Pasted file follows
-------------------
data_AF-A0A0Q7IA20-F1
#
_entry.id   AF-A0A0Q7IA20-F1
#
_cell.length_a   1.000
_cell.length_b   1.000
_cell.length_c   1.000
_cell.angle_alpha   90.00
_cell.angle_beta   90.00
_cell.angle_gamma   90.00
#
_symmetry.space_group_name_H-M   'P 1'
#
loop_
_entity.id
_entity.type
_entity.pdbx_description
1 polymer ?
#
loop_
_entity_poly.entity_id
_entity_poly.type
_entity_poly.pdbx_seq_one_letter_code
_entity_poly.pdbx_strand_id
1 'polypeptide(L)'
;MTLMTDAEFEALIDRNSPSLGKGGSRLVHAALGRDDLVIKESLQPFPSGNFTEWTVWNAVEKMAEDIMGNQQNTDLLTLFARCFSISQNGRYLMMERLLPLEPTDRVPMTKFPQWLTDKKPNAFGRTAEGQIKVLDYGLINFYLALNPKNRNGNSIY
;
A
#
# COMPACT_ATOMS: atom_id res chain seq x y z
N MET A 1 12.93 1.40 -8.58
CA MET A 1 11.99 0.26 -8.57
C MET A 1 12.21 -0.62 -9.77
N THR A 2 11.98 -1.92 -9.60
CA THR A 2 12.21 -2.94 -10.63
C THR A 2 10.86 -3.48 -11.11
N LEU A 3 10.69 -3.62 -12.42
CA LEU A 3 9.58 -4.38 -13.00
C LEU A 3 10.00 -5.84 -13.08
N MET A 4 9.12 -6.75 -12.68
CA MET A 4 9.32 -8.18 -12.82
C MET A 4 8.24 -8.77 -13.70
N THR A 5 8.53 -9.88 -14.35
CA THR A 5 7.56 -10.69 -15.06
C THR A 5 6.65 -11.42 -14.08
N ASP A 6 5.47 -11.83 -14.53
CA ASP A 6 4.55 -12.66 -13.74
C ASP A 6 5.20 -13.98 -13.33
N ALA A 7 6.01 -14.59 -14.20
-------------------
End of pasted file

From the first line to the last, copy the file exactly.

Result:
data_AF-A0A0Q7IA20-F1
#
_entry.id   AF-A0A0Q7IA20-F1
#
_cell.length_a   1.000
_cell.length_b   1.000
_cell.length_c   1.000
_cell.angle_alpha   90.00
_cell.angle_beta   90.00
_cell.angle_gamma   90.00
#
_symmetry.space_group_name_H-M   'P 1'
#
loop_
_entity.id
_entity.type
_entity.pdbx_description
1 polymer ?
#
loop_
_entity_poly.entity_id
_entity_poly.type
_entity_poly.pdbx_seq_one_letter_code
_entity_poly.pdbx_strand_id
1 'polypeptide(L)'
;MTLMTDAEFEALIDRNSPSLGKGGSRLVHAALGRDDLVIKESLQPFPSGNFTEWTVWNAVEKMAEDIMGNQQNTDLLTLFARCFSISQNGRYLMMERLLPLEPTDRVPMTKFPQWLTDKKPNAFGRTAEGQIKVLDYGLINFYLALNPKNRNGNSIY
;
A
#
# COMPACT_ATOMS: atom_id res chain seq x y z
N MET A 1 12.93 1.40 -8.58
CA MET A 1 11.99 0.26 -8.57
C MET A 1 12.21 -0.62 -9.77
N THR A 2 11.98 -1.92 -9.60
CA THR A 2 12.21 -2.94 -10.63
C THR A 2 10.86 -3.48 -11.11
N LEU A 3 10.69 -3.62 -12.42
CA LEU A 3 9.58 -4.38 -13.00
C LEU A 3 10.00 -5.84 -13.08
N MET A 4 9.12 -6.75 -12.68
CA MET A 4 9.32 -8.18 -12.82
C MET A 4 8.24 -8.77 -13.70
N THR A 5 8.53 -9.88 -14.35
CA THR A 5 7.56 -10.69 -15.06
C THR A 5 6.65 -11.42 -14.08
N ASP A 6 5.47 -11.83 -14.53
CA ASP A 6 4.55 -12.66 -13.74
C ASP A 6 5.20 -13.98 -13.33
N ALA A 7 6.01 -14.59 -14.20